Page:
In 1926, the tragic and untimely death of a silent screen actor caused female movie-goers to riot in the streets and in some cases to commit suicide - that actor was Rudolph Valentino. ... See full summary »
In 17th-century France, Father Urbain Grandier seeks to protect the city of Loudun from the corrupt establishment of Cardinal Richelieu. Hysteria occurs within the city when he is accused of witchcraft by a sexually repressed nun.
The assistant stage manager of a small-time theatrical company (Polly Browne) is forced to understudy for the leading lady (Rita) at a matinée performance at which an illustrious Hollywood director (Cecil B. DeThrill) is in the audience scouting for actors to be in his latest "all-talking, all-dancing, all-singing" extravaganza. Polly also happens to fall in love with the leading man (Tony) and imagines several fabulous fantasy sequences in which the director is free to exercise his capacity for over-the-top visuals in this charming 1920's era flick.Written by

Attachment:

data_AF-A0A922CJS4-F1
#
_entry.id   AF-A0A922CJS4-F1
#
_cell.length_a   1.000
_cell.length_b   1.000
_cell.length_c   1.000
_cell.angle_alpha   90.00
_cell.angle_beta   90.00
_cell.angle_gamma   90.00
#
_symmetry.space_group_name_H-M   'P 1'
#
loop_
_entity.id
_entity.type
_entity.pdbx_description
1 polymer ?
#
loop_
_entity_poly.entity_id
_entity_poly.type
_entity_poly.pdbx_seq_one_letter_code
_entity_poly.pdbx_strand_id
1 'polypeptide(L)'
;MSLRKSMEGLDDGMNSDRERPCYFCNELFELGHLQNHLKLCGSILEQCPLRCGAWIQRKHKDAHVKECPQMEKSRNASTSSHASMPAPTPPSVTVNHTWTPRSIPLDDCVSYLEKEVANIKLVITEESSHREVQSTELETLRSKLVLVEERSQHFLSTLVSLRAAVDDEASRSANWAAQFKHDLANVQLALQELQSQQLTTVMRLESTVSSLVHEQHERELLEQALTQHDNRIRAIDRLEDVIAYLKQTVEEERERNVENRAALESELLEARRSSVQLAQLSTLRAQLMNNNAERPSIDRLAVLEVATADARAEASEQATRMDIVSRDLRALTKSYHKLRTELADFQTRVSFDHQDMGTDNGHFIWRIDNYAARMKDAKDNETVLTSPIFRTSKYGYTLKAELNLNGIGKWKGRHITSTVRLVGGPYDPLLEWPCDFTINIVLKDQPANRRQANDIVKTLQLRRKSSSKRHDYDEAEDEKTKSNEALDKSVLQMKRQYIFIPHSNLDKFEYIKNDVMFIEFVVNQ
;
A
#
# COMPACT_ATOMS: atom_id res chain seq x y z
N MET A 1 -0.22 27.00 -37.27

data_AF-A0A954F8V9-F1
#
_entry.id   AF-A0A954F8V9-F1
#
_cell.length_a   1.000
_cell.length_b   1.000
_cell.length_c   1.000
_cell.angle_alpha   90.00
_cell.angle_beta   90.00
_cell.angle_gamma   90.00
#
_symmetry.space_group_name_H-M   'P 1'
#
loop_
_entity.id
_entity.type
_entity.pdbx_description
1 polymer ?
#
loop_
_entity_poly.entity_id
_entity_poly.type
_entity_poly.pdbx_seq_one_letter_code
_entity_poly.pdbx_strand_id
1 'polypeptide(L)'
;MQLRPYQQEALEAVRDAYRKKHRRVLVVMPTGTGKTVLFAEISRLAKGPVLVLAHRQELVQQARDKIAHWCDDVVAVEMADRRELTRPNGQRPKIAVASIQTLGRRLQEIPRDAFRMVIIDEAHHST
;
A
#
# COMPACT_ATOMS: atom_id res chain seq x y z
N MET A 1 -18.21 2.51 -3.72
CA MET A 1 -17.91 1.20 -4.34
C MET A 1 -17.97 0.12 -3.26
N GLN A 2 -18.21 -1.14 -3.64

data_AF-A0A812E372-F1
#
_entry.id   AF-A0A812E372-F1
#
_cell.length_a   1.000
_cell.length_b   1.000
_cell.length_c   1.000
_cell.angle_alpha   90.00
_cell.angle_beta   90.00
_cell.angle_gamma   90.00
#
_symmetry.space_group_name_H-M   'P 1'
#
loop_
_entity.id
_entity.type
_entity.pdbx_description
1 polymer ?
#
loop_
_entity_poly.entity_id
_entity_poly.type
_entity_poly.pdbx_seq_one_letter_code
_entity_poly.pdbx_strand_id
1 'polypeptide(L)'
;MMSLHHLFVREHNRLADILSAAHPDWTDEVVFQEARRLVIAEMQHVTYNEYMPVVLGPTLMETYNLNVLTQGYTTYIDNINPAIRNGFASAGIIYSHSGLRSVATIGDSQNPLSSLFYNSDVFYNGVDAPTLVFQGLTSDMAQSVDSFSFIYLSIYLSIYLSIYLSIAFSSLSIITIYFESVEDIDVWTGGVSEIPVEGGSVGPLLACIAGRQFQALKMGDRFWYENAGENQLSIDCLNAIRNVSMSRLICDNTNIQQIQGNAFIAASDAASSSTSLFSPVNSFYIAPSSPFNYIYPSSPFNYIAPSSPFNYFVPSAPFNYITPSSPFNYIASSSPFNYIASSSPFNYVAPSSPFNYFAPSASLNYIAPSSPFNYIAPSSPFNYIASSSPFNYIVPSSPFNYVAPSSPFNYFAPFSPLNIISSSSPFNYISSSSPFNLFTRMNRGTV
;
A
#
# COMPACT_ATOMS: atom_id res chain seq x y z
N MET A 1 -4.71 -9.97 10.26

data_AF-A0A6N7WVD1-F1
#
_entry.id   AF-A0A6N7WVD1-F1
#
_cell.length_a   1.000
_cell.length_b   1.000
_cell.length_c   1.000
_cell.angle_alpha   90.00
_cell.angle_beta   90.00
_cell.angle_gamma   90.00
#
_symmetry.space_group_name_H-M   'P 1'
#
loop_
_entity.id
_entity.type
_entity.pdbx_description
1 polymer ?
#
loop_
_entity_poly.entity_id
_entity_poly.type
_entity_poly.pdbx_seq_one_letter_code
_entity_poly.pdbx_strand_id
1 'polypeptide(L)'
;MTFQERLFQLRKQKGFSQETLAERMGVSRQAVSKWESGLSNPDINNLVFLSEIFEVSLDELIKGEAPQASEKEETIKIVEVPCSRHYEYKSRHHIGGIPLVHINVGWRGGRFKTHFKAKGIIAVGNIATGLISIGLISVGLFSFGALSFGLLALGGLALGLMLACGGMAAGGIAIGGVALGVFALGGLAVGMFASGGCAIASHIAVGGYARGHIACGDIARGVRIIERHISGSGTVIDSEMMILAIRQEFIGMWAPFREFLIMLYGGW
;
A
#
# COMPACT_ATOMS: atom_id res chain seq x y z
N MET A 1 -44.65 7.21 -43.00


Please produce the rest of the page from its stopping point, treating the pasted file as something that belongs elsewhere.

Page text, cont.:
Bliss Blood <firstname.lastname@example.org>
The turntable dance sequence was nearly impossible to shoot because Elstree studios were too low for the usual 35mm Panavision camera to capture the bird's eye view, do the crew had to import a 70mm camera from the States. See more »
The 1987 re-release by M-G-M/United Artists Classics restored 26 minutes that had been trimmed for the original theatrical release from director Russell's initial 134-minute cut. The longer version included two songs, "It's Nicer in Nice" and "The You-Don't-Want-To-Play-With-Me Blues" as well as the seven minute Grecian bacchanal party fantasy. See more »
Twiggy (modeling phenomenon of '60's swinging London) showed a surprising capacity for acting, singing and dancing as an understudy thrown into subbing for an injured star in a run-down production of .... the Boy Friend. The realistic depiction of a touring production on the skids contrasts with the Hollywood-extravaganza version of the show as seen in the imagination of a Hollywood director sitting in the audience. Wonderful performances from Tommy Tune and Glenda Jackson (small hobble-on as the injured star). The film is sweet and not frequently seen.
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